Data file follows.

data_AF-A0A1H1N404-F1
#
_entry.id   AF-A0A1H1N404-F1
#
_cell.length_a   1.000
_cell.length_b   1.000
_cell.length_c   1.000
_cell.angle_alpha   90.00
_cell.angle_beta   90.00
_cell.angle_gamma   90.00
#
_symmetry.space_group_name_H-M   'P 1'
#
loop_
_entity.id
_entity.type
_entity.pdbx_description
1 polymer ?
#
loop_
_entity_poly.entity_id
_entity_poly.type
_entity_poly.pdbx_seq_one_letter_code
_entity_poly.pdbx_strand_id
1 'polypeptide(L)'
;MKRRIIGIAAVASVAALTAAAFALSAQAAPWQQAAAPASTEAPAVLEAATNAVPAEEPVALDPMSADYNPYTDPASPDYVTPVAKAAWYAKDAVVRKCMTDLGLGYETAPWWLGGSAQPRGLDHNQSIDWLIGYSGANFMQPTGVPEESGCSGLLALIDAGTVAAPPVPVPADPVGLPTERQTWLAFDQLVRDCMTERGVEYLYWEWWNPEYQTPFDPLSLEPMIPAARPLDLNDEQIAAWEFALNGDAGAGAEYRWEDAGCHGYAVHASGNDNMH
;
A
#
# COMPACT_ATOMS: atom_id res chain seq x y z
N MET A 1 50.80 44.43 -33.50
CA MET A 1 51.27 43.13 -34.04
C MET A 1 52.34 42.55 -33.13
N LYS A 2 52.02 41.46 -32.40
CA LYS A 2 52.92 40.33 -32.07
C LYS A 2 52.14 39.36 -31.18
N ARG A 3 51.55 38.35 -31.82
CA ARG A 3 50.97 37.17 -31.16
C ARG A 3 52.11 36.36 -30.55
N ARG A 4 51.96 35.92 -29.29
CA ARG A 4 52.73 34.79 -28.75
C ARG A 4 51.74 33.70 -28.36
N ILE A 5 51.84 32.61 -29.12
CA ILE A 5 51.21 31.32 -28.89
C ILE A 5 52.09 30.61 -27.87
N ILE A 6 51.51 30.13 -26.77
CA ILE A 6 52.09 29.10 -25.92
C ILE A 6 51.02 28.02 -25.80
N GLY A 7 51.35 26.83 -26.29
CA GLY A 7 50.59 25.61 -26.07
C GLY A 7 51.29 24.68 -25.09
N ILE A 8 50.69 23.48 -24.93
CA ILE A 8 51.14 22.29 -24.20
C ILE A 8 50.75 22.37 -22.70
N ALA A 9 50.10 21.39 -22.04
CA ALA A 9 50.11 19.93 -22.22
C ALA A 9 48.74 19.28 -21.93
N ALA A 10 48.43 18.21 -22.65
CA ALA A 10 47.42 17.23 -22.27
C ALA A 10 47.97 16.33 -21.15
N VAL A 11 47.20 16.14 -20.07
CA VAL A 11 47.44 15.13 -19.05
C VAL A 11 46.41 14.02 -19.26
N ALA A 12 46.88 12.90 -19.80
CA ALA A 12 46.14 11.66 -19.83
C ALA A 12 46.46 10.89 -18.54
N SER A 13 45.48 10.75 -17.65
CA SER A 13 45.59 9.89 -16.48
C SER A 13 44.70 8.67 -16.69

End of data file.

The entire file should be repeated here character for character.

data_AF-A0A1H1N404-F1
#
_entry.id   AF-A0A1H1N404-F1
#
_cell.length_a   1.000
_cell.length_b   1.000
_cell.length_c   1.000
_cell.angle_alpha   90.00
_cell.angle_beta   90.00
_cell.angle_gamma   90.00
#
_symmetry.space_group_name_H-M   'P 1'
#
loop_
_entity.id
_entity.type
_entity.pdbx_description
1 polymer ?
#
loop_
_entity_poly.entity_id
_entity_poly.type
_entity_poly.pdbx_seq_one_letter_code
_entity_poly.pdbx_strand_id
1 'polypeptide(L)'
;MKRRIIGIAAVASVAALTAAAFALSAQAAPWQQAAAPASTEAPAVLEAATNAVPAEEPVALDPMSADYNPYTDPASPDYVTPVAKAAWYAKDAVVRKCMTDLGLGYETAPWWLGGSAQPRGLDHNQSIDWLIGYSGANFMQPTGVPEESGCSGLLALIDAGTVAAPPVPVPADPVGLPTERQTWLAFDQLVRDCMTERGVEYLYWEWWNPEYQTPFDPLSLEPMIPAARPLDLNDEQIAAWEFALNGDAGAGAEYRWEDAGCHGYAVHASGNDNMH
;
A
#
# COMPACT_ATOMS: atom_id res chain seq x y z
N MET A 1 50.80 44.43 -33.50
CA MET A 1 51.27 43.13 -34.04
C MET A 1 52.34 42.55 -33.13
N LYS A 2 52.02 41.46 -32.40
CA LYS A 2 52.92 40.33 -32.07
C LYS A 2 52.14 39.36 -31.18
N ARG A 3 51.55 38.35 -31.82
CA ARG A 3 50.97 37.17 -31.16
C ARG A 3 52.11 36.36 -30.55
N ARG A 4 51.96 35.92 -29.29
CA ARG A 4 52.73 34.79 -28.75
C ARG A 4 51.74 33.70 -28.36
N ILE A 5 51.84 32.61 -29.12
CA ILE A 5 51.21 31.32 -28.89
C ILE A 5 52.09 30.61 -27.87
N ILE A 6 51.51 30.13 -26.77
CA ILE A 6 52.09 29.10 -25.92
C ILE A 6 51.02 28.02 -25.80
N GLY A 7 51.35 26.83 -26.29
CA GLY A 7 50.59 25.61 -26.07
C GLY A 7 51.29 24.68 -25.09
N ILE A 8 50.69 23.48 -24.93
CA ILE A 8 51.14 22.29 -24.20
C ILE A 8 50.75 22.37 -22.70
N ALA A 9 50.10 21.39 -22.04
CA ALA A 9 50.11 19.93 -22.22
C ALA A 9 48.74 19.28 -21.93
N ALA A 10 48.43 18.21 -22.65
CA ALA A 10 47.42 17.23 -22.27
C ALA A 10 47.97 16.33 -21.15
N VAL A 11 47.20 16.14 -20.07
CA VAL A 11 47.44 15.13 -19.05
C VAL A 11 46.41 14.02 -19.26
N ALA A 12 46.88 12.90 -19.80
CA ALA A 12 46.14 11.66 -19.83
C ALA A 12 46.46 10.89 -18.54
N SER A 13 45.48 10.75 -17.65
CA SER A 13 45.59 9.89 -16.48
C SER A 13 44.70 8.67 -16.69